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The United Nations (UN) is an intergovernmental organization tasked to promote international co-operation and to create and maintain international order. A replacement for the ineffective League of Nations, the organization was established on 24 October 1945 after World War II with the aim of preventing another such conflict. At its founding, the UN had 51 member states; there are now 193. The headquarters of the UN is in Manhattan, New York City, and is subject to extraterritoriality. Further main offices are situated in Geneva, Nairobi, and Vienna. The organization is financed by assessed and voluntary contributions from its member states. Its objectives include maintaining international peace and security, promoting human rights, fostering social and economic development, protecting the environment, and providing humanitarian aid in cases of famine, natural disaster, and armed conflict. The UN is the largest, most familiar, most internationally represented and most powerful intergovernmental organization in the world.

The UN Charter was drafted at a conference between April–June 1945 in San Francisco, and was signed on 26 June 1945 at the conclusion of the conference; this charter took effect on 24 October 1945, and the UN began operation. The UN's mission to preserve world peace was complicated in its early decades by the Cold War between the United States and Soviet Union and their respective allies. The organization participated in major actions in Korea and the Congo, as well as approving the creation of the Israeli state in 1947. The organization's membership grew significantly following widespread decolonization in the 1960s, and by the 1970s its budget for economic and social development programmes far outstripped its spending on peacekeeping. After the end of the Cold War, the UN took on major military and peacekeeping missions across the world with varying degrees of success.

The UN has six principal organs: the General Assembly (the main deliberative assembly); the Security Council (for deciding certain resolutions for peace and security); the Economic and Social Council (ECOSOC; for promoting international economic and social co-operation and development); the Secretariat (for providing studies, information, and facilities needed by the UN); the International Court of Justice (the primary judicial organ); and the UN Trusteeship Council (inactive since 1994). UN System agencies include the World Bank Group, the World Health Organization, the World Food Programme, UNESCO, and UNICEF. The UN's most prominent officer is the Secretary-General, an office held by Portuguese politician and diplomat António Guterres since 2017. Non-governmental organizations may be granted consultative status with ECOSOC and other agencies to participate in the UN's work.

The organization won the Nobel Peace Prize in 2001, and a number of its officers and agencies have also been awarded the prize. Other evaluations of the UN's effectiveness have been mixed. Some commentators believe the organization to be an important force for peace and human development, while others have called the organization ineffective, corrupt, or biased.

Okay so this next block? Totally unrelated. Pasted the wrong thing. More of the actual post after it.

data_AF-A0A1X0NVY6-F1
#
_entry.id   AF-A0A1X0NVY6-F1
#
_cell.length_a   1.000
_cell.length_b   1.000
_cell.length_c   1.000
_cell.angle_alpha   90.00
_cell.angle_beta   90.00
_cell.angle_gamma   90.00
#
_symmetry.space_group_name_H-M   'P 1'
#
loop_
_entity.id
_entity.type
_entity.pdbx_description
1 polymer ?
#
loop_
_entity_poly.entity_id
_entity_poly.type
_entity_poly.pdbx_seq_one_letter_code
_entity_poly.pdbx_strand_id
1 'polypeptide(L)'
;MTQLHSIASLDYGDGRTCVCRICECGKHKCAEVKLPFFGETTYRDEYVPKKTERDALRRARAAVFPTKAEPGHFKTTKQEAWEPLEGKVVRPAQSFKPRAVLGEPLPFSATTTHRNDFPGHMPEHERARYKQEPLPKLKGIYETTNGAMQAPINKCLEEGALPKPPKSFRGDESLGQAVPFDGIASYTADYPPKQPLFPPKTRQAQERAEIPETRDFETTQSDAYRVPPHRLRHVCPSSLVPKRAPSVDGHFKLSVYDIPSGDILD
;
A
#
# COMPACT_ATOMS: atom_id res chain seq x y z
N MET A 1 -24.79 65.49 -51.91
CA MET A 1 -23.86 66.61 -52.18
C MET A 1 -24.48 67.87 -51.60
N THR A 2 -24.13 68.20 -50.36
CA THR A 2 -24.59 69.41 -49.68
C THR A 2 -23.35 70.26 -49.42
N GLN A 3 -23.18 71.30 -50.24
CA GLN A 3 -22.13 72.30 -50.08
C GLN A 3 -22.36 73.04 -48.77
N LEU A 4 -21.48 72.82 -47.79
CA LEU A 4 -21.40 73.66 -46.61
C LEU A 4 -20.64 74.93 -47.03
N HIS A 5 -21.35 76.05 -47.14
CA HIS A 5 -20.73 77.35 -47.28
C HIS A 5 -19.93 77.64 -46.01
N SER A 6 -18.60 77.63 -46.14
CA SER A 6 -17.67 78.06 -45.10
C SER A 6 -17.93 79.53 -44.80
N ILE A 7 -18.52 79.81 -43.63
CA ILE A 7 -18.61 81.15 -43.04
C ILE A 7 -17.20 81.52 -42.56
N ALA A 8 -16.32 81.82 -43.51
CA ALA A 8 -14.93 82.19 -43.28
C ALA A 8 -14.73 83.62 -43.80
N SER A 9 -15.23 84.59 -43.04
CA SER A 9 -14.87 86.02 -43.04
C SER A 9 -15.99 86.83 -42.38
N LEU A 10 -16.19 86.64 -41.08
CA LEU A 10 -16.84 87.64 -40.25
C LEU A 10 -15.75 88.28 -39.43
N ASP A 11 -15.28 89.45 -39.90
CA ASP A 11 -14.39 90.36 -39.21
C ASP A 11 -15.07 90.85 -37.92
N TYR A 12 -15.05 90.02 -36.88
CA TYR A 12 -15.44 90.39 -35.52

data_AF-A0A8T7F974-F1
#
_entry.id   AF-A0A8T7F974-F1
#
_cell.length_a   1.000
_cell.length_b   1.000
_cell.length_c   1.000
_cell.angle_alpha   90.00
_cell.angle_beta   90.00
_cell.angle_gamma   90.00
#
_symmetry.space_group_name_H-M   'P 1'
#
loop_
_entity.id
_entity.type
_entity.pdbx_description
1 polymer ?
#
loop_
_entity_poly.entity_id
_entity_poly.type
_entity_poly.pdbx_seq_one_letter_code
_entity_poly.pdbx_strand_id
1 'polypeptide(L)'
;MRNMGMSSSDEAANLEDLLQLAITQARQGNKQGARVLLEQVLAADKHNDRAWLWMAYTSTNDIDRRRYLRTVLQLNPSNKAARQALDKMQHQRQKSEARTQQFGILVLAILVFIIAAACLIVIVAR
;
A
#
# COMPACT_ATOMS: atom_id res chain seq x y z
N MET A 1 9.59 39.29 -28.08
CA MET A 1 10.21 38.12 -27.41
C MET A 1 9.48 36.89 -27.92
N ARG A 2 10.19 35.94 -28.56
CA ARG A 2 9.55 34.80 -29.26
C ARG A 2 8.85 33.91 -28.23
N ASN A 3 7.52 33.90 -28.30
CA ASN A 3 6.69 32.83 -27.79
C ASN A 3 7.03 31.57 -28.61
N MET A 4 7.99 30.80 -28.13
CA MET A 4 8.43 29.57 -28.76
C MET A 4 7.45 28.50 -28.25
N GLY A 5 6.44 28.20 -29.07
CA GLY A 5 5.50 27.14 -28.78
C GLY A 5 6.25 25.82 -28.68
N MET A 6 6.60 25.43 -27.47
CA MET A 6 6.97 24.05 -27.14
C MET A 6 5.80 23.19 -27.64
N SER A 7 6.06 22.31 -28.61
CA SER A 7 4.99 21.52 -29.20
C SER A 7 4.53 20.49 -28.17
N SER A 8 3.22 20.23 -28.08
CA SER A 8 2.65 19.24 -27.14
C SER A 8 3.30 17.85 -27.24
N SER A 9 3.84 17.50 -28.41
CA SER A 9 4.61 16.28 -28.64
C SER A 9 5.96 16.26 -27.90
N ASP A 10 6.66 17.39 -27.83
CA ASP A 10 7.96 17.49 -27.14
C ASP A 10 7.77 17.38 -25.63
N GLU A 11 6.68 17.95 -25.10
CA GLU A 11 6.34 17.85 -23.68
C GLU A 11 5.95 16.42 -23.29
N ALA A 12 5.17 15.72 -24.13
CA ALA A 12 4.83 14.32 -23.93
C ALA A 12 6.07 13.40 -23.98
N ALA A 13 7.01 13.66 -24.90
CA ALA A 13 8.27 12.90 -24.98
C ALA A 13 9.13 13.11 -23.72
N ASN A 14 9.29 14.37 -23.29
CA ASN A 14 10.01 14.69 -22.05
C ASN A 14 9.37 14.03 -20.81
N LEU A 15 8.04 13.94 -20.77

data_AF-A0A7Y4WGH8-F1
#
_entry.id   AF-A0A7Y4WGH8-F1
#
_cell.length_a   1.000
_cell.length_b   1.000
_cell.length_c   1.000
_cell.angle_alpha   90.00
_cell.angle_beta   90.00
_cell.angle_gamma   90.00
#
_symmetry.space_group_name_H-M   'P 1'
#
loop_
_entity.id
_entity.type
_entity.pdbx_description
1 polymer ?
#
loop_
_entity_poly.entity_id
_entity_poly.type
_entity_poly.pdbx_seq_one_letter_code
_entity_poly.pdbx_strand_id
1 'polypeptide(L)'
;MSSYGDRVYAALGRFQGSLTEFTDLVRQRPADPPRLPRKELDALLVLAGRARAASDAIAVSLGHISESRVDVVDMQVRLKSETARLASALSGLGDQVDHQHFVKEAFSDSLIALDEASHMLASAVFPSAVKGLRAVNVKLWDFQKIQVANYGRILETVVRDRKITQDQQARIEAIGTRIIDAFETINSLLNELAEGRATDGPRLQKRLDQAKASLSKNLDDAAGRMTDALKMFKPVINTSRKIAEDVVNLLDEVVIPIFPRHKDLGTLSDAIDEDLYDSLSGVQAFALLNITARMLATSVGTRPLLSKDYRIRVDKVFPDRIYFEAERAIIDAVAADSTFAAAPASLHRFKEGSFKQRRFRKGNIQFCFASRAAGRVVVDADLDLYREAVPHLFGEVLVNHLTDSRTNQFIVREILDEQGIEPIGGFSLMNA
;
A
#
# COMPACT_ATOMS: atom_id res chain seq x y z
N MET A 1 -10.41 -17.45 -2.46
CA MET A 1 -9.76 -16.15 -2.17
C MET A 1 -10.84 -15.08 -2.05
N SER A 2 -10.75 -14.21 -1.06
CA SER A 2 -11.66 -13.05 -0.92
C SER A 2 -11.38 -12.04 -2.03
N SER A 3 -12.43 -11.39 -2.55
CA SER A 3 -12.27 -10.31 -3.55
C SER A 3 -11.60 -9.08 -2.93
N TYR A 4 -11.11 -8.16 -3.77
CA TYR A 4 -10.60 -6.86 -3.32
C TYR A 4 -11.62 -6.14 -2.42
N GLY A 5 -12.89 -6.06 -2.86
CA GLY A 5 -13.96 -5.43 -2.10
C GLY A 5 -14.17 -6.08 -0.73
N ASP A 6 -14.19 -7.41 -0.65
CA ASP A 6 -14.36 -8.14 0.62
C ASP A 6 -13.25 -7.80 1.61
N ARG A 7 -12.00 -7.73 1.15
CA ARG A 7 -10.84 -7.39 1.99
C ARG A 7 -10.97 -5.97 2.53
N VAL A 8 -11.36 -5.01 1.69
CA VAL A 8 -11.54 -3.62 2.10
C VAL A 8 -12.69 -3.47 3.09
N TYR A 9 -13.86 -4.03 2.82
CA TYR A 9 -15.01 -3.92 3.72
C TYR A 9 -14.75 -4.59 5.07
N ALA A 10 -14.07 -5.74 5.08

Selected article

League of Nations Assembly building in Geneva

The League of Nations was an international organization founded as a result of the Paris Peace Conference in 1919–1920. The League's goals included disarmament, preventing war through collective security, settling disputes between countries through negotiation, diplomacy and improving global welfare. The diplomatic philosophy behind the League represented a fundamental shift in thought from the preceding hundred years. The League lacked an armed force of its own and so depended on the Great Powers to enforce its resolutions, keep to economic sanctions which the League ordered, or provide an army, when needed, for the League to use. However, they were often very reluctant to do so. Benito Mussolini stated that "The League is very well when sparrows shout, but no good at all when eagles fall out."

Selected biography

Javier Pérez de Cuéllar

Javier Pérez de Cuéllar (born 19 January 1920) is a Peruvian diplomat who served as the fifth Secretary-General of the United Nations from 1982 to 1991. He studied in Colegio San Agustín of Lima, and then at Pontificia Universidad Católica del Perú.

Pérez de Cuéllar joined the Peruvian Ministry of Foreign Affairs in 1940, and in 1944 began serving as Secretary, then Ambassador, at seven countries' Embassies. He was a member of the Peruvian delegation to the first UN General Assembly session in 1946, as well as the 25th through 30th sessions. In 1971, he was appointed the UN's Permanent Representative of Peru, and was appointed as United Nations Under-Secretary-General for Special Political Affairs in 1979.

Pérez de Cuéllar succeeded Kurt Waldheim as Secretary-General in 1981. During his two terms, he led mediations between Britain and Argentina in the aftermath of the Falklands War and promoted efforts to bring peace and stability to Central America. He also interceded in the negotiations for the independence of Namibia, conflict in Western Sahara, and the Cyprus issue. After serving at the UN, Pérez de Cuéllar returned to Peruvian politics, eventually retiring in France in 2004.

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Peacekeepers in Eritrea
United Nations peacekeepers monitoring the border between Eritrea and Ethiopia.

Photo credit: Dawit Rezenè, World66

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Never measure the height of a mountain until you have reached the top. Then you will see how low it was.
Dag Hammarskjöld, Secretary-General from 1953 to 1961

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